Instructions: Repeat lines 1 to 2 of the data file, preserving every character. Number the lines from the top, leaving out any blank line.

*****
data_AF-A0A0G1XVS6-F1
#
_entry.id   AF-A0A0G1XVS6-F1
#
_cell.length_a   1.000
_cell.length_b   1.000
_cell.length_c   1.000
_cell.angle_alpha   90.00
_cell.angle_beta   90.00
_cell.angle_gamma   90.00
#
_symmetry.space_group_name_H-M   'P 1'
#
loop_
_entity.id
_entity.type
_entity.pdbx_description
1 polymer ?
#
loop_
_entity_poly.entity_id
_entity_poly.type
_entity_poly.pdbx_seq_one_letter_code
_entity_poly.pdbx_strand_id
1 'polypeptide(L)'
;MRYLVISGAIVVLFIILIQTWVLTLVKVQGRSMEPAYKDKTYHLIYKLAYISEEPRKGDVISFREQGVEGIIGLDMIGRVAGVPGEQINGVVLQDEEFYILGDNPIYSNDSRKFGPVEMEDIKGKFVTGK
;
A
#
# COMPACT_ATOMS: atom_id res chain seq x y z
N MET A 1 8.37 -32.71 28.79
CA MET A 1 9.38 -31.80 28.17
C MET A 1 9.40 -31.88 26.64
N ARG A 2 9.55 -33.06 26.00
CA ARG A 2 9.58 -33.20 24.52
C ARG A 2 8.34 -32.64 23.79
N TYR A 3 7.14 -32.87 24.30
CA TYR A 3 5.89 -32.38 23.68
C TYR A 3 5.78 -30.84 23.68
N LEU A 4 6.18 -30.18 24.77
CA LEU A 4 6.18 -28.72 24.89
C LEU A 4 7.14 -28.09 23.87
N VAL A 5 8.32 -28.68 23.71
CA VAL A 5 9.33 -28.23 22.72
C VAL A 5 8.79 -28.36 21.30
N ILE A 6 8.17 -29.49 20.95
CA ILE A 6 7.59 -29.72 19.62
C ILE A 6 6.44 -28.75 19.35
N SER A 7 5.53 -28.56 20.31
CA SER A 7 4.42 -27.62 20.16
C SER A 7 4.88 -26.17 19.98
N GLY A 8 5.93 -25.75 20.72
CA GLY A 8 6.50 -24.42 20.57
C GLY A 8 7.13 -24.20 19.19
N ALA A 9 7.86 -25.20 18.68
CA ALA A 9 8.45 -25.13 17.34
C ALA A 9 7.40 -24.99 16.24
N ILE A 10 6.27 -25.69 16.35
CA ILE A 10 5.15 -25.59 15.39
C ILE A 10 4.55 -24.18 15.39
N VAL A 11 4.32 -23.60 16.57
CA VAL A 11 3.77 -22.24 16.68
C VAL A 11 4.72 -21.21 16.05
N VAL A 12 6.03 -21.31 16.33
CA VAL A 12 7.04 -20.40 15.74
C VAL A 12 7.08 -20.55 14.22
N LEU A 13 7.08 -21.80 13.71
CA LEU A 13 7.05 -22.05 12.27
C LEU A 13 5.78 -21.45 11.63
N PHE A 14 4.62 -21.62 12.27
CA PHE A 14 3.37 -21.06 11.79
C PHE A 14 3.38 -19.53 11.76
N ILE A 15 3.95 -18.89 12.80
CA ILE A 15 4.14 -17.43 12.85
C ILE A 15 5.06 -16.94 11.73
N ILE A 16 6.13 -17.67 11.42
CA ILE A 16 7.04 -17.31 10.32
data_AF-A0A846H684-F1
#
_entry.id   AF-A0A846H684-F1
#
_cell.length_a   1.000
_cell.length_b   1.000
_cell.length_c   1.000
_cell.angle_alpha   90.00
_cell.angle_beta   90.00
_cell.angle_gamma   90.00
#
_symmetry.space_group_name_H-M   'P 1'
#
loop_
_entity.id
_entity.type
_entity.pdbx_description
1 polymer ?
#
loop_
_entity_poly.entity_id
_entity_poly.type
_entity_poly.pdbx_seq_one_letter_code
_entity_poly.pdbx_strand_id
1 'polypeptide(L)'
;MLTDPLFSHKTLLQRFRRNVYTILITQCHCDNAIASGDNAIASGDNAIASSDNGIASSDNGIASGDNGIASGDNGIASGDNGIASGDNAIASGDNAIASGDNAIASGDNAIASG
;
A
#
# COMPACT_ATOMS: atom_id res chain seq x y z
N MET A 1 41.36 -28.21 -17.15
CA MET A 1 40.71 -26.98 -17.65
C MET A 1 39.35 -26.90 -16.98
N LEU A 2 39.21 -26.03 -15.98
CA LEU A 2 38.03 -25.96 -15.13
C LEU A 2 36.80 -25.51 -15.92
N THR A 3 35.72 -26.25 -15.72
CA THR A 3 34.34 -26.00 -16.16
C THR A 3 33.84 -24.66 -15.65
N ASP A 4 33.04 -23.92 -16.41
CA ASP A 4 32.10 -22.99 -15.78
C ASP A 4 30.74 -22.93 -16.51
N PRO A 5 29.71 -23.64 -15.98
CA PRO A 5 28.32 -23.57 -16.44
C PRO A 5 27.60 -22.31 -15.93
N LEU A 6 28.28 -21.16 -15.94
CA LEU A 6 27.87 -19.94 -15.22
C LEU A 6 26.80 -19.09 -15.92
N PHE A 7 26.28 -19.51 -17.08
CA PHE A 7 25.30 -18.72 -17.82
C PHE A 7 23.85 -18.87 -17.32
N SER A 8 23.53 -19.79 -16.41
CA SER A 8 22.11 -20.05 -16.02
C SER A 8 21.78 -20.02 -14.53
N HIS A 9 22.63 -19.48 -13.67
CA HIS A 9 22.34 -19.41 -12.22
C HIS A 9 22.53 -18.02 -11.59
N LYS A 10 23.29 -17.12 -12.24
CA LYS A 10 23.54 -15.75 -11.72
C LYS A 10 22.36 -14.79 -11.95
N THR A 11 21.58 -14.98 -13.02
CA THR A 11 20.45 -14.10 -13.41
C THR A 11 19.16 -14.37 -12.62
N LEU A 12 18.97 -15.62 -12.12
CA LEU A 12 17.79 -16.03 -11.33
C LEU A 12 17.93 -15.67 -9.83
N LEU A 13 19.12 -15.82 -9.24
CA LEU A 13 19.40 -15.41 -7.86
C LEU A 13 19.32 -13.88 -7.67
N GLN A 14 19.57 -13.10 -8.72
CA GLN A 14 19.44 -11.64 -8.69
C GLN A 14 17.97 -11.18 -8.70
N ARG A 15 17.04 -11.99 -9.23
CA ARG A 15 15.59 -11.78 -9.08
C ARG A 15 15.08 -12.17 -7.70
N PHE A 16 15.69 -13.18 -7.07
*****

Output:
data_AF-A0A0G1XVS6-F1
#